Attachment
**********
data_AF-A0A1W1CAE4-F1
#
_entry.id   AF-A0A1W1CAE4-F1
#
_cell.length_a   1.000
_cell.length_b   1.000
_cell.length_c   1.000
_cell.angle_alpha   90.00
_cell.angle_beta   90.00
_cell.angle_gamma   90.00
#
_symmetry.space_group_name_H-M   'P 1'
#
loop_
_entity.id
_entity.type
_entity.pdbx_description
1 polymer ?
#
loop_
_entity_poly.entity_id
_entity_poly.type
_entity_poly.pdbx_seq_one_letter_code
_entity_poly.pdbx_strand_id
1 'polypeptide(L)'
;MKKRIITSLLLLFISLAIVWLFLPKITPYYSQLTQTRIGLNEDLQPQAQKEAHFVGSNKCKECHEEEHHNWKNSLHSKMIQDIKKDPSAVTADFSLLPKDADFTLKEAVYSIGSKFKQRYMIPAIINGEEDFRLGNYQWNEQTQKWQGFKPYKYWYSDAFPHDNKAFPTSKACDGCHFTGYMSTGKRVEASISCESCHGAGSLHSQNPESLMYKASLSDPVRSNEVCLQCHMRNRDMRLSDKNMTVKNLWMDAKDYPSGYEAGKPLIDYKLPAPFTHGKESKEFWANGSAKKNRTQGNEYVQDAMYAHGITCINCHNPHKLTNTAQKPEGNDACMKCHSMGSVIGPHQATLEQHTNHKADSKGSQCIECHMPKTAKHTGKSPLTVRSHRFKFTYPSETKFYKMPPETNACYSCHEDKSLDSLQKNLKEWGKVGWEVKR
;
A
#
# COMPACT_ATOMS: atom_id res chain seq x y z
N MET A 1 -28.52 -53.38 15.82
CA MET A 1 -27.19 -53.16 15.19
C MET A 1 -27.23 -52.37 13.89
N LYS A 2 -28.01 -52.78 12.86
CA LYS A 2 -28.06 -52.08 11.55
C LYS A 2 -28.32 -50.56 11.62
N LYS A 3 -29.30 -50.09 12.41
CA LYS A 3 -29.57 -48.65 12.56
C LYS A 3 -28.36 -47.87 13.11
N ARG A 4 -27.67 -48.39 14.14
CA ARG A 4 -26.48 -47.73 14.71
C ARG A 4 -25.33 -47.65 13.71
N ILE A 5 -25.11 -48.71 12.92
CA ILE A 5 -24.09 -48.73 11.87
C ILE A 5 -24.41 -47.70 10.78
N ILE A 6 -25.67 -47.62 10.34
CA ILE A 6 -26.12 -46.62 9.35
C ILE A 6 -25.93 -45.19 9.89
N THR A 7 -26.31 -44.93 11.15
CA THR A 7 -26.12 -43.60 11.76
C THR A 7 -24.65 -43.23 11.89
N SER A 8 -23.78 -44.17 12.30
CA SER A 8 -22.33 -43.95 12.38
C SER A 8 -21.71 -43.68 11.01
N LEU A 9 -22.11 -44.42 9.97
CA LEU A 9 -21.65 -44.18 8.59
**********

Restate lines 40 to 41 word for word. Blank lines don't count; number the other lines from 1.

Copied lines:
N ARG A 4 -27.67 -48.39 14.14
CA ARG A 4 -26.48 -47.73 14.71